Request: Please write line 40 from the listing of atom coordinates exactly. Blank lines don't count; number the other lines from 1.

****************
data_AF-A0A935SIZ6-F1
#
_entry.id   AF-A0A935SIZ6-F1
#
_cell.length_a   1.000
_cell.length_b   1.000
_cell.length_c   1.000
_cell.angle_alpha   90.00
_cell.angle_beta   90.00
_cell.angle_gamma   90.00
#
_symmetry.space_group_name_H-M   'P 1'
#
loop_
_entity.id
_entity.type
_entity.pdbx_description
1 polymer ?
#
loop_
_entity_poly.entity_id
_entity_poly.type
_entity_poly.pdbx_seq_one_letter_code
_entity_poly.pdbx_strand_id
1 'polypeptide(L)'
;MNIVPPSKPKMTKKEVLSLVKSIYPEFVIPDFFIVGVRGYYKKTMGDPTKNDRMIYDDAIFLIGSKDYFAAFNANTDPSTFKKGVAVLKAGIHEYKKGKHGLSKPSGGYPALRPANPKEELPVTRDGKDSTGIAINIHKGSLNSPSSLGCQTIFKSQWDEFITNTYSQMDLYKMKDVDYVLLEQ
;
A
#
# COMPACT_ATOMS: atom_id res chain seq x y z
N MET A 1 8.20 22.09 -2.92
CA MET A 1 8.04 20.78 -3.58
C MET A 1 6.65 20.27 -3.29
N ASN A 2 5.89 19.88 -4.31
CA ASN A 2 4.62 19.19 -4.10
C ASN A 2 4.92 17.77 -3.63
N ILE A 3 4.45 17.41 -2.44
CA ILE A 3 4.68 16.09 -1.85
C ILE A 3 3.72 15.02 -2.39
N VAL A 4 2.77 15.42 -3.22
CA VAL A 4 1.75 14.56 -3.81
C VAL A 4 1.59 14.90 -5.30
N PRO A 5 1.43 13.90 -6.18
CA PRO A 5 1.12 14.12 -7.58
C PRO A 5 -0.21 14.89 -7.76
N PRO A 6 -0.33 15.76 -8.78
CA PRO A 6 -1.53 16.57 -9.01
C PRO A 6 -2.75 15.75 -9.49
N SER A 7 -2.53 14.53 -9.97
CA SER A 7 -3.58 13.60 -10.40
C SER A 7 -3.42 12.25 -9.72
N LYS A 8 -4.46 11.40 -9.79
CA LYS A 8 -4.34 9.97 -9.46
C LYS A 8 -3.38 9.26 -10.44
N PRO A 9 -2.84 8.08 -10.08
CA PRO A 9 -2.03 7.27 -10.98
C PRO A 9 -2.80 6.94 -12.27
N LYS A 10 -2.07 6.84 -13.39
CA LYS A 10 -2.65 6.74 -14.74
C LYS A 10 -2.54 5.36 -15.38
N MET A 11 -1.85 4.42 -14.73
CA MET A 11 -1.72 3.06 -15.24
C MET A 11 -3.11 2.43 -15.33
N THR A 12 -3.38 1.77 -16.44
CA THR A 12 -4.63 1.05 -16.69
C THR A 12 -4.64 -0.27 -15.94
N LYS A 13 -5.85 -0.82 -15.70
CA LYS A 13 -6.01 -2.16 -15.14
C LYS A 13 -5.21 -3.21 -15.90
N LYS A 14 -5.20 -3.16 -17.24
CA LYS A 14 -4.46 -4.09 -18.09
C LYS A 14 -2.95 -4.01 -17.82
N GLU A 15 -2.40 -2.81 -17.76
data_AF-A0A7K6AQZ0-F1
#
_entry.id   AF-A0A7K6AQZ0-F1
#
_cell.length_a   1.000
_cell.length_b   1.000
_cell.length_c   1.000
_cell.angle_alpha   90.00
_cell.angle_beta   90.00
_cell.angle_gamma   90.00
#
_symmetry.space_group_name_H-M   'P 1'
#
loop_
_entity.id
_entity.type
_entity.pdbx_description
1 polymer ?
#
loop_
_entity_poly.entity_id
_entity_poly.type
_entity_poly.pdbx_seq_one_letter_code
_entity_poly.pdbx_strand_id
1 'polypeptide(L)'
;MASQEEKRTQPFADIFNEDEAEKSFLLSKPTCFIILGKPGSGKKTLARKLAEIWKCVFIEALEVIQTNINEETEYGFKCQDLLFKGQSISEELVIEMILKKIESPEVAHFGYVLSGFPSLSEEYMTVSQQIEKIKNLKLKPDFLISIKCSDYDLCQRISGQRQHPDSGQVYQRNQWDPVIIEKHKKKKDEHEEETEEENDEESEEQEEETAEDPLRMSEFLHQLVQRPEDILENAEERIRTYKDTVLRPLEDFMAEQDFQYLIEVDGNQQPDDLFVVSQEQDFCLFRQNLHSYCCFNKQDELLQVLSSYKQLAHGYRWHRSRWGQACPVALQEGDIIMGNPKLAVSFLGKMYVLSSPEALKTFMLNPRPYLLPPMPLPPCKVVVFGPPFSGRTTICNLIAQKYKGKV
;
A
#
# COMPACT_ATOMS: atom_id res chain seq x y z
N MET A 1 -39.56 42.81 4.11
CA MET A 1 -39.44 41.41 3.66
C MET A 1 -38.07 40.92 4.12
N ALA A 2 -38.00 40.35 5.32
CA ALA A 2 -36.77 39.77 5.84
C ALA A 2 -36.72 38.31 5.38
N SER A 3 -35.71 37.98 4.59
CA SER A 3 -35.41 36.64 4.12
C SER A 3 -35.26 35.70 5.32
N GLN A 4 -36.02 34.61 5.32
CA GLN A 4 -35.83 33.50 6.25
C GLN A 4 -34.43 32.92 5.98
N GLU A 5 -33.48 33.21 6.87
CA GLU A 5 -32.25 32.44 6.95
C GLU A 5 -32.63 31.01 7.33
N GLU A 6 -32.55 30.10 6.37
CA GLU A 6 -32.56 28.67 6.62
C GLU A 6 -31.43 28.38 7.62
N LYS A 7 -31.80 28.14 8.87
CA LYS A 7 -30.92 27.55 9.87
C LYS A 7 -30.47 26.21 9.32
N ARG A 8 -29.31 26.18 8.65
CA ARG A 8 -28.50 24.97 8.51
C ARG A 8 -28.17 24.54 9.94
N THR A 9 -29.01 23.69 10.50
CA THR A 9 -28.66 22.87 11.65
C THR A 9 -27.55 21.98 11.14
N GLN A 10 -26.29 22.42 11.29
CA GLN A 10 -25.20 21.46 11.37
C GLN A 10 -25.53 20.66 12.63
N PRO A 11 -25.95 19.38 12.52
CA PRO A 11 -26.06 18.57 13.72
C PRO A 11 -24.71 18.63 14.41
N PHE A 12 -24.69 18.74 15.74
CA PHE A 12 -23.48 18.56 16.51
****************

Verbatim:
N VAL A 4 2.77 15.42 -3.22